|Hydro-Demolition Phase of Wendover Avenue Bridge Resurfacing Project Begins in Guilford County
||Friday, March 30, 2012
RALEIGH — The N.C. Department of Transportation has completed the initial bridge demolition work on two bridges included in the Wendover Avenue bridge resurfacing project and is set to begin the hydro-demolition phase of the project this weekend. Construction began March 26 on the $2.2 million project to resurface the decks of seven bridges on Wendover Avenue in Greensboro.
Crews will begin nighttime hydro-demolition operations on Sunday, April 1, weather permitting. The work will occur each night from 7 p.m. until 6 a.m. Sunday through Thursday, and is scheduled to be complete no later than Nov. 15. Crews will begin hydro-demolition on the bridges over North Buffalo Creek and Elm Street and move west until all bridges are complete.
The Wendover Avenue bridge decks designated for resurfacing include:
The project will be the first in Division 7 to utilize hydro-demolition. During this resurfacing process, the top inch or two of the existing deteriorated concrete will be removed using traditional milling machines and the remaining half-inch will be removed using jets of water with pressure exceeding 1,700 pounds per square inch.
- The bridge over North Buffalo Creek;
- The bridge over Elm Street;
- The bridge over the Southern Railroad;
- The bridge over Yanceyville Street;
- The bridge over Friendly Avenue;
- The bridge over West Market Street; and
- The bridge over Holden Road.
Hydro-demolition is more precise than traditional pavement removal with a jackhammer, and it reduces the potential for damage to the bridges. In addition, hydro-demolition is safer and faster than traditional demolition methods and minimizes the impact to traffic.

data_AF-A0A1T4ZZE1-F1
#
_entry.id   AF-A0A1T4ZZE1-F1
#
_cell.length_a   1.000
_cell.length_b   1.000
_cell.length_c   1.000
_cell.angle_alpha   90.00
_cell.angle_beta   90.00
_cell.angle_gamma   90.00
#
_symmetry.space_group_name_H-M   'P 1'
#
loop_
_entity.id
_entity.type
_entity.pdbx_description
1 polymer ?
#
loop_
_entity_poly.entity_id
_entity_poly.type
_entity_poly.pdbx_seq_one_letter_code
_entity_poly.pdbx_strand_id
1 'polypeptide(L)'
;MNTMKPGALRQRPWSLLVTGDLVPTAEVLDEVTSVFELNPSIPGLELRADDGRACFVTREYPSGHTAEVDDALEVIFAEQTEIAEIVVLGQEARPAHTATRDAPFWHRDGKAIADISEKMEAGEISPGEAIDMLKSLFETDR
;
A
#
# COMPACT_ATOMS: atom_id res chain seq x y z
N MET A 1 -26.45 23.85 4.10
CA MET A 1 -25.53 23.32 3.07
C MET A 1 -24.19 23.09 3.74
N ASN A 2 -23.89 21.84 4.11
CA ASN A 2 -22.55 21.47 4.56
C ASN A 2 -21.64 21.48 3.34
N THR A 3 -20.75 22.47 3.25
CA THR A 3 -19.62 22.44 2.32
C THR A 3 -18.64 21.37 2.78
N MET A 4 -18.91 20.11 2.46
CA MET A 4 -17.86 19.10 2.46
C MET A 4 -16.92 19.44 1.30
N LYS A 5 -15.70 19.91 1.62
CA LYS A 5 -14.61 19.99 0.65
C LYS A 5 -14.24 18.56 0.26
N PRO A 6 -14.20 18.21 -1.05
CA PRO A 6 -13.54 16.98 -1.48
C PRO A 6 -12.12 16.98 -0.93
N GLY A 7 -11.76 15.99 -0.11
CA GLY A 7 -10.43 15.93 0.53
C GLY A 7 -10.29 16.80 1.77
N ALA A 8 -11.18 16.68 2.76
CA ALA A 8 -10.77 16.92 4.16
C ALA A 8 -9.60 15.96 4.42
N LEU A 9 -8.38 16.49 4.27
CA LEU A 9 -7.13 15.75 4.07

Approximately 45,000 vehicles per day travel on this section of Wendover Avenue, and completing the hydro-demolition at night will minimize the impact to about 80 percent of that traffic.
NCDOT wants to alert residents that the innovative hydro-demolition technique will generate noise. “It’s going to be loud,” says NCDOT District Engineer Chris Kirkman. “We understand this may cause an inconvenience to nearby residents, but the benefits of the technique will allow us to complete the project as quickly and as safely as possible and with less impact to motorists.”
The contractor is required to comply with the City of Greensboro’s noise ordinance, which allows all road work except blasting and pile driving to occur during night hours on roads that are in the thoroughfare plan.
Kirkman anticipates the hydro-demolition part of the deck resurfacing operations to occur between 7 and 11 p.m. Then crews will resurface the bridge deck with a rapid strength modified concrete and reopen the bridge to traffic by 6 a.m.
“These bridges are in need of resurfacing to extend their lifespan, and we are fortunate to have the opportunity to use this cutting-edge technology to improve the travel experience for thousands of drivers in Greensboro,” says Kirkman.
NCDOT reminds motorists to watch signs for construction information, stay alert and obey the posted speed limit.
The department also urges motorists to “know before you go” about traffic conditions on Bryan Boulevard. For real-time travel information at any time, call 511, visit http://www.ncdot.gov/travel or follow NCDOT on Twitter.
Another option is NCDOT Mobile, a phone-friendly version of the NCDOT website. To access it, type “m.ncdot.gov” into the browser of your smartphone and bookmark it for future reference. NCDOT Mobile is compatible with the iPhone, Android and some newer Blackberry phones.